Hardy was a favorite of many fans due to his resilience and work ethic, and the Bless You Boys team will miss having him and his wife Nicky around, but the move was probably the best one for him. We will all be wishing him the best.
Former Tigers reliever Blaine Hardy has signed a minor-league deal with Twins, according to source. He’ll be in big-league camp as a non-roster invite.— Jason Beck (@beckjason) November 26, 2019
JAWS and the 2020 Hall of Fame ballot
FanGraphs’ Jay Jaffe has been releasing his Hall of Fame candidate assessment series, using his JAWS system to analyze each player. Below are links to each one he has published so far.
Who is your All-MLB squad?
Not a single Tigers player is listed, which should come as no surprise after a 114-loss season. Admittedly, it makes the exercise a bit less fun if you cannot vote like a homer. Click the link and cast your vote, if you so desire.
The power is in your hands.— MLB (@MLB) November 25, 2019
Who's on your All-MLB squad?
Vote now ➡️ https://t.co/5kSMMDlq9c pic.twitter.com/RdOfMks2b7
Thanks for the laughs
Check out this top 10 list of comical moments in Tigers history. Buried at the bottom of the article is the best one of all.
This is more legend than fact, but it’s too good to leave out. (Gates) Brown was an unsung hero on the 1968 World Series champion Tigers, batting .450 (18-for-40) with three homers as a pinch-hitter that year. But it was a pinch-hit double that became the stuff of legend. As Brown and teammates told the story, he was snacking on a couple hot dogs when manager Mayo Smith unexpectedly called on him to hit. Brown stuffed the dogs in his uniform, stepped to the plate and doubled.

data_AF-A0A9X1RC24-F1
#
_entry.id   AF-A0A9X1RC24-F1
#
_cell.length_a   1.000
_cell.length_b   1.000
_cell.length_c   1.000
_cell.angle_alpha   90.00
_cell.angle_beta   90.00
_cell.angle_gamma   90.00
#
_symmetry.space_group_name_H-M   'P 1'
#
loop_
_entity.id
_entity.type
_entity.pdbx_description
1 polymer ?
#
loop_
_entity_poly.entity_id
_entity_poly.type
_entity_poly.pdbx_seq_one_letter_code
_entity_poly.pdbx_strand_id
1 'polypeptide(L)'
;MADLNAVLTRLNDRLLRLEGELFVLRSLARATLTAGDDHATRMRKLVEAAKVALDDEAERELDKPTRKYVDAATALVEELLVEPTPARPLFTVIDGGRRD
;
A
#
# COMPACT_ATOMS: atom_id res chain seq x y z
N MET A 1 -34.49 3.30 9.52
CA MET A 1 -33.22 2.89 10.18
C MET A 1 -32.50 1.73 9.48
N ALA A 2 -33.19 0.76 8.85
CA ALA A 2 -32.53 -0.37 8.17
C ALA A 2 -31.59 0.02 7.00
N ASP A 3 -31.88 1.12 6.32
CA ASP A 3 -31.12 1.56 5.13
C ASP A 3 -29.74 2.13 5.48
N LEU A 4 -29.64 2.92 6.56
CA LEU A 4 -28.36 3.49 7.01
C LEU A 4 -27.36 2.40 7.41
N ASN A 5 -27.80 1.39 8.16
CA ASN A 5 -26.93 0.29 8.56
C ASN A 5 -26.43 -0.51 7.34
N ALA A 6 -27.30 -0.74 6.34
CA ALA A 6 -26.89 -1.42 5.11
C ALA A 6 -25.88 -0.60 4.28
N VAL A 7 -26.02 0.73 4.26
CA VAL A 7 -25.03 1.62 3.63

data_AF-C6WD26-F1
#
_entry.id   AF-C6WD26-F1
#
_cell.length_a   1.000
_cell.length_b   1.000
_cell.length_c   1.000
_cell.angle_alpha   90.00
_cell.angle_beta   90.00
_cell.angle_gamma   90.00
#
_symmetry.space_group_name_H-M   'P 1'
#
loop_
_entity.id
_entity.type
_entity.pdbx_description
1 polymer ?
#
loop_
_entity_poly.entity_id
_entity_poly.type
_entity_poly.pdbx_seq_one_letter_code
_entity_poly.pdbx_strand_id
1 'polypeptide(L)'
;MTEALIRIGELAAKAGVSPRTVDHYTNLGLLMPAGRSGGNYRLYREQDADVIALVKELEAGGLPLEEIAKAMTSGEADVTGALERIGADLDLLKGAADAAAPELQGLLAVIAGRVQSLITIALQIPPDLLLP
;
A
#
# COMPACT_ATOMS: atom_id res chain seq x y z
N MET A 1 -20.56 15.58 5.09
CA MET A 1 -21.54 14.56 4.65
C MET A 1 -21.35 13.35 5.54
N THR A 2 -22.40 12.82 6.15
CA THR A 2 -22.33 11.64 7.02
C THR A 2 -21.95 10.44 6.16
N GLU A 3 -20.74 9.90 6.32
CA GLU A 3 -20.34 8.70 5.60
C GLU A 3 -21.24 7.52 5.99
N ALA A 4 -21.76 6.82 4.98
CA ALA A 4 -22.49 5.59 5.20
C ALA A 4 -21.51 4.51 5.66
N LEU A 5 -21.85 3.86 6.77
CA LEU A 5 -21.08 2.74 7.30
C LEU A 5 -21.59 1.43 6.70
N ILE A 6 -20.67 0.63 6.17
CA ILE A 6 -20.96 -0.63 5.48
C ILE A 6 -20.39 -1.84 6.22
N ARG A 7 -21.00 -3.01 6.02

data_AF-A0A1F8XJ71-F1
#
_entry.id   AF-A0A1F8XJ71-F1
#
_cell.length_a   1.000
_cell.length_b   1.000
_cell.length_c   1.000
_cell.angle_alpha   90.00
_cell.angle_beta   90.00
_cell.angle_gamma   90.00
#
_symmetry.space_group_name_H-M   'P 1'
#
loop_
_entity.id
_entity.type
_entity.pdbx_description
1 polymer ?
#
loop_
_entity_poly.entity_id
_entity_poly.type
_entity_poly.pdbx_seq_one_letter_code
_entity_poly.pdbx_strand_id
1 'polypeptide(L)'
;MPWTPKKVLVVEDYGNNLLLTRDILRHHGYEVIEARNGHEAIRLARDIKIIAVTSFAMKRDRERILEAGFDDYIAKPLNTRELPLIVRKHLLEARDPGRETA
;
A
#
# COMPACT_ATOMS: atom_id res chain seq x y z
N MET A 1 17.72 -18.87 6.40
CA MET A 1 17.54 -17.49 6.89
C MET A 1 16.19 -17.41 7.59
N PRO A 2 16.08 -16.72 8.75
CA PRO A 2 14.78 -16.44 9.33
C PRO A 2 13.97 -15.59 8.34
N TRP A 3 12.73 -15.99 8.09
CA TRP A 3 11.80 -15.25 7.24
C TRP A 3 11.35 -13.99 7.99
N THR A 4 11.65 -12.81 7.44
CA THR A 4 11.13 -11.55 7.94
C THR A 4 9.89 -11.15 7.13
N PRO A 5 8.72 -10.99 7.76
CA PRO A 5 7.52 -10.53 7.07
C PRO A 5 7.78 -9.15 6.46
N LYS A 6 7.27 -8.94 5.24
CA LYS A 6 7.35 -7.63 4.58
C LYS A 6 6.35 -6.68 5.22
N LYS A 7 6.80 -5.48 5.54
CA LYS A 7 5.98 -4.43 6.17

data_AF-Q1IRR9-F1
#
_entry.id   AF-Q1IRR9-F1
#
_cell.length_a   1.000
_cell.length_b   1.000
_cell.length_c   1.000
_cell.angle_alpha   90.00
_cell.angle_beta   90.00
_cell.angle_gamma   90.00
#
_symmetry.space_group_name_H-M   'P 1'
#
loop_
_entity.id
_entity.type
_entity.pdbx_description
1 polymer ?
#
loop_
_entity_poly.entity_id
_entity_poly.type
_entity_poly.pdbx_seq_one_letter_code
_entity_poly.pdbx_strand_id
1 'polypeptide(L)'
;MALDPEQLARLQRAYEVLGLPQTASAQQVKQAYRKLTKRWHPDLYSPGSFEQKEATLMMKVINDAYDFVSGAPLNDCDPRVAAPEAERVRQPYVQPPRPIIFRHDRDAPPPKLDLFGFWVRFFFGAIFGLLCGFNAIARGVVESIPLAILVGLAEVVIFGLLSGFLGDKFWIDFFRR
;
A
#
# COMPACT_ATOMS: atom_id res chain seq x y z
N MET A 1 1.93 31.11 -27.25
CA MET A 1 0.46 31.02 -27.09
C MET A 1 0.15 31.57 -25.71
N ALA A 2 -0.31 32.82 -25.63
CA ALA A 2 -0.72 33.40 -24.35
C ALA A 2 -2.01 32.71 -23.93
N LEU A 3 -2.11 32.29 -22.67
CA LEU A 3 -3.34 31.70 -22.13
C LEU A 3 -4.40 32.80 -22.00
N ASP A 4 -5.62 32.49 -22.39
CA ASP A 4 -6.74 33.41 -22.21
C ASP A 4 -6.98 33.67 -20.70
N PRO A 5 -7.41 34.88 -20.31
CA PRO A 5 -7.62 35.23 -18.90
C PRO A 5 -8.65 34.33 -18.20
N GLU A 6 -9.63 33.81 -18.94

“That’s the only time I ever wished I’d struck out,” Brown joked, according to a Tigers press release years later.
- Tigers protect six players from Rule 5 draft. The Tigers decided to hang onto just about everyone for the time being.
- Detroit Tigers acquire RHP Dario Agrazal from Pittsburgh Pirates. The Tigers have acquired the rookie pitcher for cash considerations.
- The Tigers should sign Travis d’Arnaud because he would make the team better (even though he has already signed elsewhere). A veteran catcher is on the team’s shopping list this offseason.
- Here is a 2020 Rule 5 preview from our friends over at Tigers Minor League Report.
Around the horn
Congress to probe “potentially unfair and deceptive practices” in ticket industry. Dueling letters highlight dramatic differences between MLB and minor league baseball on elimination. A conversation with Trevor Bauer’s new agent, Rachel Luba. MLB plans to end blackouts of in-market games for cord cutters. The Oakland A’s are now the “Moneyglove” franchise. MLB investigating pitcher Sam Dyson for domestic violence after allegations posted on social media. Kazuhisa Makita signs with the Rakuten Golden Eagles and heads back home. Phillies sign former Tiger Josh Harrison to a minor league deal.
Baseball is awesome
18 years ago today, Ichiro became the 2nd player ever to win Rookie of the Year and MVP in the same season (Fred Lynn, 1975). pic.twitter.com/317CmV9PhE— MLB Stats (@MLBStats) November 20, 2019